Lesson Overview. Carbon Compounds. Lesson Overview 2.3 Lesson Overview 2.3 The Chemistry of Carbon Carbon atoms can form strong covalent bonds with many other elements. Molecules containing carbon are called organic. Living organisms are composed of molecules

More information

2.3 Carbon-Based Molecules

2.3 Carbon-Based Molecules Bell Ringer: 1-What determines whether a compound will dissolve in water? 2-When sugars are broken down to produce usable energy for cells, a large amount of heat is released. Explain how the water inside

More information

The Molecules of Cells

The Molecules of Cells The Molecules of Cells I. Introduction A. Most of the world s population cannot digest milk-based foods. 1. These people are lactose intolerant because they lack the enzyme lactase. 2. This illustrates

More information

Chapter 3: Biological Molecules

Chapter 3: Biological Molecules Nearly all biological molecules can be grouped into one of four general categories (Table 3.2): Category General Function 1) Carbohydrates Energy source Structural material 2) Lipids Energy storage Structural

More information

Biology 101 Chapter 3 The Molecules of Life

Biology 101 Chapter 3 The Molecules of Life Biology 101 Chapter 3 The Molecules of Life Organic compounds and organic chemistry: Organic Compounds = any compound that contains carbon and hydrogen Organic Chemistry = the study of organic compounds

More information

BIOLOGY. CONCEPTS & CONNECTIONS Fourth Edition. Neil A. Campbell Jane B. Reece Lawrence G. Mitchell Martha R. Taylor. CHAPTER 3 The Molecules of Cells

BIOLOGY. CONCEPTS & CONNECTIONS Fourth Edition. Neil A. Campbell Jane B. Reece Lawrence G. Mitchell Martha R. Taylor. CHAPTER 3 The Molecules of Cells BIOLOGY CONCEPTS & CONNECTIONS Fourth Edition Neil A. Campbell Jane B. Reece Lawrence G. Mitchell Martha R. Taylor CHAPTER 3 The Molecules of Cells Modules 3.1 3.3 From PowerPoint Lectures for Biology:

More information

Organic Molecules. Organic Chemistry and Biochemistry. Reactive Groups. Carbon. Chemical Formulas. Chemical Formulas

Organic Molecules. Organic Chemistry and Biochemistry. Reactive Groups. Carbon. Chemical Formulas. Chemical Formulas Organic Molecules Organic Chemistry and Biochemistry Lecture Text Chapter 2 Molecules containing both carbon and hydrogen Carbon 4 valence electrons in outer orbital Needs 8 total for full complement Carbon

More information

Biochemistry. Grade: 10. H. Biology. Date: 11/3/10

Biochemistry. Grade: 10. H. Biology. Date: 11/3/10 iochemistry Grade: 10 Subject: H. iology ate: 11/3/10 1 2 haracteristics of carbon that contribute to its ability to form an immense diversity of organic molecules include its tendency to form covalent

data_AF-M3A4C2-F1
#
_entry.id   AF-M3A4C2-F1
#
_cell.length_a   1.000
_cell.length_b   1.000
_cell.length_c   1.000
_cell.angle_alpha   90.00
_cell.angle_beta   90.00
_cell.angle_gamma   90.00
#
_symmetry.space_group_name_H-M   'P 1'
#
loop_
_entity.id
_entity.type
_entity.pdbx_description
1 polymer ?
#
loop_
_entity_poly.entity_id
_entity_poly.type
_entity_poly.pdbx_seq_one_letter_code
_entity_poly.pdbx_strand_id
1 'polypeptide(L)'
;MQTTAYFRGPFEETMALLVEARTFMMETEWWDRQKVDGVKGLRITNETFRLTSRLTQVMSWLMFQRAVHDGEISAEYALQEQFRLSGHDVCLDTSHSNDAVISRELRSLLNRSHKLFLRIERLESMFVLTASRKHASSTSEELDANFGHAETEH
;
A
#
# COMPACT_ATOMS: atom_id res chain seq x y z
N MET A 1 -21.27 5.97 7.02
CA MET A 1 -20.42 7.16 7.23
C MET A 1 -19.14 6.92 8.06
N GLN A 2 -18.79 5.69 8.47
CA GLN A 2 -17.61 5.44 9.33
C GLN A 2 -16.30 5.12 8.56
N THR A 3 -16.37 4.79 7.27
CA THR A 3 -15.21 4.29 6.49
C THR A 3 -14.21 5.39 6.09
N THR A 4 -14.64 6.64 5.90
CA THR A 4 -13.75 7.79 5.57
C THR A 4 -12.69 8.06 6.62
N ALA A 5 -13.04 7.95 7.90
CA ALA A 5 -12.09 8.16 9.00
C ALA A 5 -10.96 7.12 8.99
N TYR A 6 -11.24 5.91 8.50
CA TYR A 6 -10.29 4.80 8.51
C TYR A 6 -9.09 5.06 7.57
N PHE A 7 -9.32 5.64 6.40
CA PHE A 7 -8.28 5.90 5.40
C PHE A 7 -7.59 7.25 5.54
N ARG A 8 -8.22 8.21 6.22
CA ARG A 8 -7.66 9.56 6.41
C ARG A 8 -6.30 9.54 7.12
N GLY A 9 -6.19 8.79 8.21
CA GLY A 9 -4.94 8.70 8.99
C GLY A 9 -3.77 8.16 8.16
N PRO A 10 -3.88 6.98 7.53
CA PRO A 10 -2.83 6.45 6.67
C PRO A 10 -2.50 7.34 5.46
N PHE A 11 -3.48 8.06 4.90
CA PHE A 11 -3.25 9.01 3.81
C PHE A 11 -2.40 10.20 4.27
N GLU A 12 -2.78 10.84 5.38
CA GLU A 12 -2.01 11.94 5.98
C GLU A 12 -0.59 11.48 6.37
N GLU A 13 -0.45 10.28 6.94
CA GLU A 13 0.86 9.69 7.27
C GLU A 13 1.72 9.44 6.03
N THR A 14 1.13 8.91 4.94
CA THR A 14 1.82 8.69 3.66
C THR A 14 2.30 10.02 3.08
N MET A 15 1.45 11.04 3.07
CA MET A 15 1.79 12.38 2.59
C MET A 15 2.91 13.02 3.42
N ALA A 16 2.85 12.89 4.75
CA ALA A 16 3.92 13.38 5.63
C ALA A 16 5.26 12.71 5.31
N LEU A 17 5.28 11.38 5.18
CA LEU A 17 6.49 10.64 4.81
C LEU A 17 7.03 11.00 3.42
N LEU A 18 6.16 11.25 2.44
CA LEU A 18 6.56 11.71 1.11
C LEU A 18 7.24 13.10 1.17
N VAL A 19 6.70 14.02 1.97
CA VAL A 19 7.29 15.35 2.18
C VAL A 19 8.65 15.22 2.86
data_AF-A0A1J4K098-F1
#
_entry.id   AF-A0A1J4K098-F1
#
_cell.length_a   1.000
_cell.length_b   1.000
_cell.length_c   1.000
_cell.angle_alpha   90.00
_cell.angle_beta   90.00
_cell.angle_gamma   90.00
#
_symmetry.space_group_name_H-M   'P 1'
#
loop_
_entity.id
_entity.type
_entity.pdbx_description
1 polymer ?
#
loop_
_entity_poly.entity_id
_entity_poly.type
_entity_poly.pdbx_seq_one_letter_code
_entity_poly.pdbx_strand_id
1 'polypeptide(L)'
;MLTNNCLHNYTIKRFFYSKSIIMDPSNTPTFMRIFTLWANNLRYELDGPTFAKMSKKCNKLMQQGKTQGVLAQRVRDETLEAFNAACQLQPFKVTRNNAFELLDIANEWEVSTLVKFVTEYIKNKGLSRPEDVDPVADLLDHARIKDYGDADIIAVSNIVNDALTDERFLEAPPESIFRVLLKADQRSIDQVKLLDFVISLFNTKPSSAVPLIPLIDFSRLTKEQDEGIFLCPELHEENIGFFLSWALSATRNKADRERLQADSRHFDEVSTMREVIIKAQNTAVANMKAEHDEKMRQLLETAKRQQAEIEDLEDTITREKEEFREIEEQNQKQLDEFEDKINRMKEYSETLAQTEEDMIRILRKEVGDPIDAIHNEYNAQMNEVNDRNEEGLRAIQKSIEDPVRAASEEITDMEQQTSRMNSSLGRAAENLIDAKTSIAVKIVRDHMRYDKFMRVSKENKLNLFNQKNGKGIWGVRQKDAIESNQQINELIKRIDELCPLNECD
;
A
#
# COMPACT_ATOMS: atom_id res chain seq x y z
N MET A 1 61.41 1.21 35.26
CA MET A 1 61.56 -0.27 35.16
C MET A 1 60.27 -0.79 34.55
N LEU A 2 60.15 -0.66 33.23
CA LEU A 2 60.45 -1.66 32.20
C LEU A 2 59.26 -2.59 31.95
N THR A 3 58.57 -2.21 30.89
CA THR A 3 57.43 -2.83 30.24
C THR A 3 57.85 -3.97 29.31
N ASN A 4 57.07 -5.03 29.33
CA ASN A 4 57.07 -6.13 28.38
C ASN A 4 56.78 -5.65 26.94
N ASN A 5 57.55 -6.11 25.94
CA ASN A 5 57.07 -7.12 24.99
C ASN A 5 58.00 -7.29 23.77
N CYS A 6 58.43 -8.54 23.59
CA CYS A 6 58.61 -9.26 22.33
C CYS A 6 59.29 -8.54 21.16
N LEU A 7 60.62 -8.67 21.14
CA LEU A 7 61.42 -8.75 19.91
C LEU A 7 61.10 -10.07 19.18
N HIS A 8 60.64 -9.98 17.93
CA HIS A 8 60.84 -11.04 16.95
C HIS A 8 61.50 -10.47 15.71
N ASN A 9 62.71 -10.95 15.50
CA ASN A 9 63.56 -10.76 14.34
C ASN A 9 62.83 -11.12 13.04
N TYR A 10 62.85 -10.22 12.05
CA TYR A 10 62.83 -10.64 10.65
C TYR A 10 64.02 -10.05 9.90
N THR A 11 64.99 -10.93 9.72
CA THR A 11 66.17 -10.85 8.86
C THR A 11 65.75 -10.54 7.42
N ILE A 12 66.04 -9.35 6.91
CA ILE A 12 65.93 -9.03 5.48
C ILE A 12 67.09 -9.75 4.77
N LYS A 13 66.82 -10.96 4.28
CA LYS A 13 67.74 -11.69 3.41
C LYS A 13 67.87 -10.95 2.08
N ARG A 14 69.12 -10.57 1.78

More information

CELLULAR CHEMISTRY 1 O H E N C C H C OH OH OH OH H C C C. 1. Which of these molecules would be used when making a protein?

CELLULAR CHEMISTRY 1 O H E N C C H C OH OH OH OH H C C C. 1. Which of these molecules would be used when making a protein? CELLULAR CHEMISTRY 1 Functional groups to macromolecules 1. Biologically important macromolecules are assembled by polymerizing small subunit molecules using condensation reactions. (T/F) 2. Chemical reactions

More information

Biological molecules:

Biological molecules: Biological molecules: All are organic (based on carbon). Monomers vs. polymers: Monomers refer to the subunits that, when polymerized, make up a larger polymer. Monomers may function on their own in some

More information

Monomers of Macromolecules

Monomers of Macromolecules Organic Molecules Molecules unique to living systems contain carbon and are referred to as organic molecules Carbon, needing 4 more valence electrons, forms covalent bonds (either polar or non-polar) readily

More information

Biological Molecules: The Carbon Compounds of Life

Biological Molecules: The Carbon Compounds of Life Why It Matters CO 2 and photosynthesis Biological Molecules: The Carbon Compounds of Life Fig. 3-1, p. 42 Carbon The Backbone of Biological Molecules Carbon Bonding Although cells are 70 95% water, the

More information

2.3 Carbon-Based Molecules. KEY CONCEPT Carbon-based molecules are the foundation of life.

2.3 Carbon-Based Molecules. KEY CONCEPT Carbon-based molecules are the foundation of life. KEY CONCEPT Carbon-based molecules are the foundation of life. Atomic Basis of Life?! Can atoms in non-living things like dirt and rocks be the same as atoms in organic or living things? Carbon atoms have